Brave Mary heads off to France

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Brave Mary heads off to France

BRAVE MARY

Nicci Garner: Grade 1 Allan Robertson Championship winner Brave Mary will be leaving South Africa for France to test her ability against some of the best horses in Europe.

The Brave Tin Soldier three-year-old departed trainer Paul Matchett’s yard on Tuesday for the arduous journey to her new life. She’ll enter quarantine in Cape Town before heading off to Mauritius for another stint in isolation. She will reach France only in February, just in time to start preparing for the European Flat racing season. She will be put in training with leading French handler Alain de Royer-Dupré who handled the career of Zarkava, the best of her era.

Bred by Rupert Plersch at Summerhill Stud, Brave Mary cost just R40,000 at last year’s Cape Thoroughbred Sales’ Johannesburg Ready To Run Sale and has already banked R1,106,250. Said Matchett: “I trained the mother Mary Lou, who won six races for me (including the Swallow Stakes). When I saw Brave Mary at the sales she looked just like her mother so I bought her.”

Brave Mary started racing in March for owners Les Taylor and Dean Bayley and few could have predicted the heights to which she would rise when she went off at 22-1 and finished fourth behind Spring Breeze in that 1000m Maiden Juvenile Plate.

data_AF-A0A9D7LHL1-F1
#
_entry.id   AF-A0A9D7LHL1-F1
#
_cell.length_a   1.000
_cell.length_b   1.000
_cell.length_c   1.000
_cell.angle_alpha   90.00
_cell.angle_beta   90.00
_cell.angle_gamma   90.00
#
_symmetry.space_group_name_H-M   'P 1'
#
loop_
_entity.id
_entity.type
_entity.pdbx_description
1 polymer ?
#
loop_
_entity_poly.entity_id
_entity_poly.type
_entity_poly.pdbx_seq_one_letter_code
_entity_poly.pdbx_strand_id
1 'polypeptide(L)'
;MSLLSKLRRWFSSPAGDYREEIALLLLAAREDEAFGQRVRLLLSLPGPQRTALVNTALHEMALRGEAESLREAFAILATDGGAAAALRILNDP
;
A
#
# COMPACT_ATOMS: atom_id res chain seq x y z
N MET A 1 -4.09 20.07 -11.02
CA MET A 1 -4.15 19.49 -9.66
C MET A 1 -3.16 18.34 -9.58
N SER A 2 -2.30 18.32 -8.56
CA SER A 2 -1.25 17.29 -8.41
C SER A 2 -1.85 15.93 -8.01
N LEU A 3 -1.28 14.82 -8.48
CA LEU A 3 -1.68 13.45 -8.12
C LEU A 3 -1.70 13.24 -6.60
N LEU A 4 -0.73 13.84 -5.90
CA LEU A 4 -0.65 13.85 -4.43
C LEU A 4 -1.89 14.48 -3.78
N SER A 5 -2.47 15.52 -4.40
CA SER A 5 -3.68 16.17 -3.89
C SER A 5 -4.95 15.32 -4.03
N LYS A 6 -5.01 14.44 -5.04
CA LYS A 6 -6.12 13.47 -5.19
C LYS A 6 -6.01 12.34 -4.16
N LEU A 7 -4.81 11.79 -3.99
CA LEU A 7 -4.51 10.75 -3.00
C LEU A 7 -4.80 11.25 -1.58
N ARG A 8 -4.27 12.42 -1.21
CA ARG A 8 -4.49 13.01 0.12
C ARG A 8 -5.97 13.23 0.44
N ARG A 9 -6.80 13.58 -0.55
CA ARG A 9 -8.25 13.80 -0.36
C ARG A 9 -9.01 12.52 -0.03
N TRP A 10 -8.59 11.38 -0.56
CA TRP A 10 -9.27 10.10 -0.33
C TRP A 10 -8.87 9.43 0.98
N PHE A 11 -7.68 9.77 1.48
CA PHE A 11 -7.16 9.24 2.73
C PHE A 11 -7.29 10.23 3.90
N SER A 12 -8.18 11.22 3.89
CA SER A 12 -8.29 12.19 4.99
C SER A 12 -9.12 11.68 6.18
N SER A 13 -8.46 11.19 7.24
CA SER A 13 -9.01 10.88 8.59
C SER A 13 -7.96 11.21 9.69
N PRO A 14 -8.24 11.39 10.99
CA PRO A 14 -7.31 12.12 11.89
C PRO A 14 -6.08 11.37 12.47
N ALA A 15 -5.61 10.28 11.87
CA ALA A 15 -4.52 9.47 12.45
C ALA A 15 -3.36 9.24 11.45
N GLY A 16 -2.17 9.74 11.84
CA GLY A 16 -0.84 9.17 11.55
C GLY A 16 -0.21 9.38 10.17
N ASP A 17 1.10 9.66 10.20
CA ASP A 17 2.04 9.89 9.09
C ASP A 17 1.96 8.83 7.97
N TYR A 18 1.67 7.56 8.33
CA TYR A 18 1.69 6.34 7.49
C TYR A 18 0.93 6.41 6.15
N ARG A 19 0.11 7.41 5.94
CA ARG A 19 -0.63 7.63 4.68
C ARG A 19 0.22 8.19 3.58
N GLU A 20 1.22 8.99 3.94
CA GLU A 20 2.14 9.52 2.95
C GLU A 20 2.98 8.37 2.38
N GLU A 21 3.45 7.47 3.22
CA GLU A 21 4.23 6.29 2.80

She only got off the mark three races later, in a Maiden Juvenile Plate on 9 May, and Matchett then threw her in at the deep end in the Grade 1 Allan Robertson Championship. Brave Mary started at 30-1 but there is a racing adage, “horses can’t read” and she won a great race in the Grade 1, beating Green Plains by 1.75 lengths.

Within hours, prominent USA racehorse owner Barry Irwin of Team Valor was sniffing at the door and Brave Mary changed hands for an undisclosed sum to race for Irwin’s syndicate in partnership with Vanashree and Anant Singh.

In her two starts as a three-year-old, Brave Mary has shown her mettle against the colts, finishing second in both. The first was to Pera Palace in the Sophomore on Heritage Handicap Day at the Vaal and then last Saturday on Charity Mile Day she found only Big Bear too good in the R2.5-million Emperors Palace Ready To Run Cup sponsored by CTS.

“After she changed hands, it was always the intention to export her,” said Matchett. “I was expecting to have her a little longer, but after last Saturday’s race I think her owners decided she had a lot of ability so not to waste any time.

“It’s a blow for my stable, but I think she has the ability to do well in Europe and she will fly the South African flag proudly to give South African racing and breeding a big boost,” said Matchett.

Her loss will leave a big gap in the trainer’s yard and his feature-race aspirations will now rest on Heritage Consolation winner Dan The Lad and “nice staying type of horse” Royal Honour, winner of the Aquanaut Handicap.

Royal Honour, beaten three lengths by Let It Rain in Tuesday’s Java Handicap, is entered for the Racing Association Handicap on Summer Cup Day and Matchett believes he will not be disgraced. “He’ll definitely be in with a chance,” the trainer said.

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